However I just read that there is a possibility of making two movies - a new version of Moby Dick, and the true story of sinking of the whaleship Essex - in the near future, and they both look very interesting. You can read about it here and see the comments I bounced back and forth with the author as well.

*** Connection to LOST ***

I've been going over the book in my mind, trying to figure out how it relates to the show LOST (since that is, after all, why I read it). I don't see any direct parallels, but I did come up with something ...

Ben is a lot like Capt. Ahab. Both have a specific goal in mind (Ben wants to get back to the island and be in charge, Ahab wants to kill this particular whale) and they will do absolutely anything to achieve that goal. Their own ambitions seem to be the only important thing. They are both willing to allow other people to die (or in Ben's case, to actually kill people) in order to achieve their goal.

So I hopped over to Lostpedia to see if I was right and this is what I got: "On the raft, Michael suspects that Sawyer is on the raft because he has no reason to live, a form of honorable suicide. In Melville's Moby Dick Ishmael comments on how whaling is his substitute for the 'pistol and ball,' his suicide."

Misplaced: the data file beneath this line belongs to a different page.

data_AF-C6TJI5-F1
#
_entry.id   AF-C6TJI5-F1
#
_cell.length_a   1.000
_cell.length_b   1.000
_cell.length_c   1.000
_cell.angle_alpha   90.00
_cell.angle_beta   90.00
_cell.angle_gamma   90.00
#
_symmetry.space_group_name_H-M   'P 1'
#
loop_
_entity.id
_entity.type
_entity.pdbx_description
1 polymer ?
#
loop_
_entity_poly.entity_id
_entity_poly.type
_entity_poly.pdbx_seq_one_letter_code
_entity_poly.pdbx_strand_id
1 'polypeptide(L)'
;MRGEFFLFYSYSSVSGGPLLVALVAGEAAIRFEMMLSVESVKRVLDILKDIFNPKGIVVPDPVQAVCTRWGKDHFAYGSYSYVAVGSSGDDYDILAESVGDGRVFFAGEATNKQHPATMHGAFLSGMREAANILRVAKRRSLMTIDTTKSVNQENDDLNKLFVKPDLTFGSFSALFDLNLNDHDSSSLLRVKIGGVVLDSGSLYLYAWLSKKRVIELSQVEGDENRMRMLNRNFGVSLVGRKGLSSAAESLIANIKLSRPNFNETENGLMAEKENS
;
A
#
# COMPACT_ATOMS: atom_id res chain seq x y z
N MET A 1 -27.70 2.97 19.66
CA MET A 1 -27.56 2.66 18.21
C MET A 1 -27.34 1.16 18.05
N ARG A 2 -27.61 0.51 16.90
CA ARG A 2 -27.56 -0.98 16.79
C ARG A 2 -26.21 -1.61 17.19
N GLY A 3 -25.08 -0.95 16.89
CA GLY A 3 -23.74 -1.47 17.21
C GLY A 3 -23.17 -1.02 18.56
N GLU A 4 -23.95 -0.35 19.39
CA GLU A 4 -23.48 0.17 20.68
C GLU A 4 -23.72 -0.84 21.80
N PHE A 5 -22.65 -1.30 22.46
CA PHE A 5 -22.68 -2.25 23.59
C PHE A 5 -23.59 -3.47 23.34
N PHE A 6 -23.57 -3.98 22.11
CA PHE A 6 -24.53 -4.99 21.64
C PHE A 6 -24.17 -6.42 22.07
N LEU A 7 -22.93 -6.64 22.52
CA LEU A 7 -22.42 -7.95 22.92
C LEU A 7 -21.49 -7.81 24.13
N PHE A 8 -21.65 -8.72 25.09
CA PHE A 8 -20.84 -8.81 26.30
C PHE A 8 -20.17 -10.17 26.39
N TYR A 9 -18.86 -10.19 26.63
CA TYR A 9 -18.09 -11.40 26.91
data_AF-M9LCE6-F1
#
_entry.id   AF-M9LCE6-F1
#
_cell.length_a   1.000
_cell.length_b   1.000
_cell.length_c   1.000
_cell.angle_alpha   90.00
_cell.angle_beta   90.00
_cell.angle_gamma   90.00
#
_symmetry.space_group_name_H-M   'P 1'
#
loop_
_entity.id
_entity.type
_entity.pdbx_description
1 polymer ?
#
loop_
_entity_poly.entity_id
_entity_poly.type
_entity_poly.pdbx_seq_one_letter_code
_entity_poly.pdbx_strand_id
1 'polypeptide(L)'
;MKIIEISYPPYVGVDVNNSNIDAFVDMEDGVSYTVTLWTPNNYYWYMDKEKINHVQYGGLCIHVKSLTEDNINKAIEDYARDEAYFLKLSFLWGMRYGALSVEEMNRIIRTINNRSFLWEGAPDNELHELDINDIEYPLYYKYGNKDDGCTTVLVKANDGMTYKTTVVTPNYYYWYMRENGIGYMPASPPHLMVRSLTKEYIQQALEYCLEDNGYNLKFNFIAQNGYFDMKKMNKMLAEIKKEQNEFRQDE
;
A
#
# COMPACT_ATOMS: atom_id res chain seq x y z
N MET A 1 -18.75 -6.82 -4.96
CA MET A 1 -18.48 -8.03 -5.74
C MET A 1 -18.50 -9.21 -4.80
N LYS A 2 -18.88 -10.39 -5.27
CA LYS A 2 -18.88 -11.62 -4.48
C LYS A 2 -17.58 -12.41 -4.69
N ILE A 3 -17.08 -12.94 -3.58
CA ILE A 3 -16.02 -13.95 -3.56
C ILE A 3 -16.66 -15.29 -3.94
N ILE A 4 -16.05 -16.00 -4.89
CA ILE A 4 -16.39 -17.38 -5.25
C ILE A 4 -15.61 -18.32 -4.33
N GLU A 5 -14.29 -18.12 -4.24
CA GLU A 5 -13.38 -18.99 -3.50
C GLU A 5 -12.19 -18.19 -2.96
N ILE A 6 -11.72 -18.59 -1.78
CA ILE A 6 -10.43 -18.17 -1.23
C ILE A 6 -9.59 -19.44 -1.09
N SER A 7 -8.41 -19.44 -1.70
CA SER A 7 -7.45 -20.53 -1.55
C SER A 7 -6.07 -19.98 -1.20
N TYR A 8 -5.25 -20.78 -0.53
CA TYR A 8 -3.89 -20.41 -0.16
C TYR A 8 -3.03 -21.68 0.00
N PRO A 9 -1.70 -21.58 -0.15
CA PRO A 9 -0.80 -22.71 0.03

WHAT?! That is all you got out of Moby Dick?! My theory is much, much better than that, thank you very much. Hmpf.

*** In the End ... ***

I'm really glad that I finally got through this book, even if it was on audio. I can't say that I liked all of it but I did really enjoy some of it. I also can't imagine ever wanting to read it again although I will happily watch a movie of it.

Have you read it? Reviewed it? Seen the movie? Maybe you love Melville and think I've been unnecessarily harsh (really?!). Whatever you've got to say, I want to hear it.


Lezlie said...

Overall, I really enjoyed Moby Dick when I read it a couple summers ago. There were parts that dragged, but like you said, there were parts that were really great which balanced it all out for me.


Ti said...

I don't really know why but this is one book that I will force myself to read at some point. I have picked it up at least three times and thrown it across the room each time but I have it stuck in my head that I must read it.

You giving the audio book a shot is not a bad idea at all. However, I don't do well with audio books even with my long commute. I get distracted and then miss parts of the story.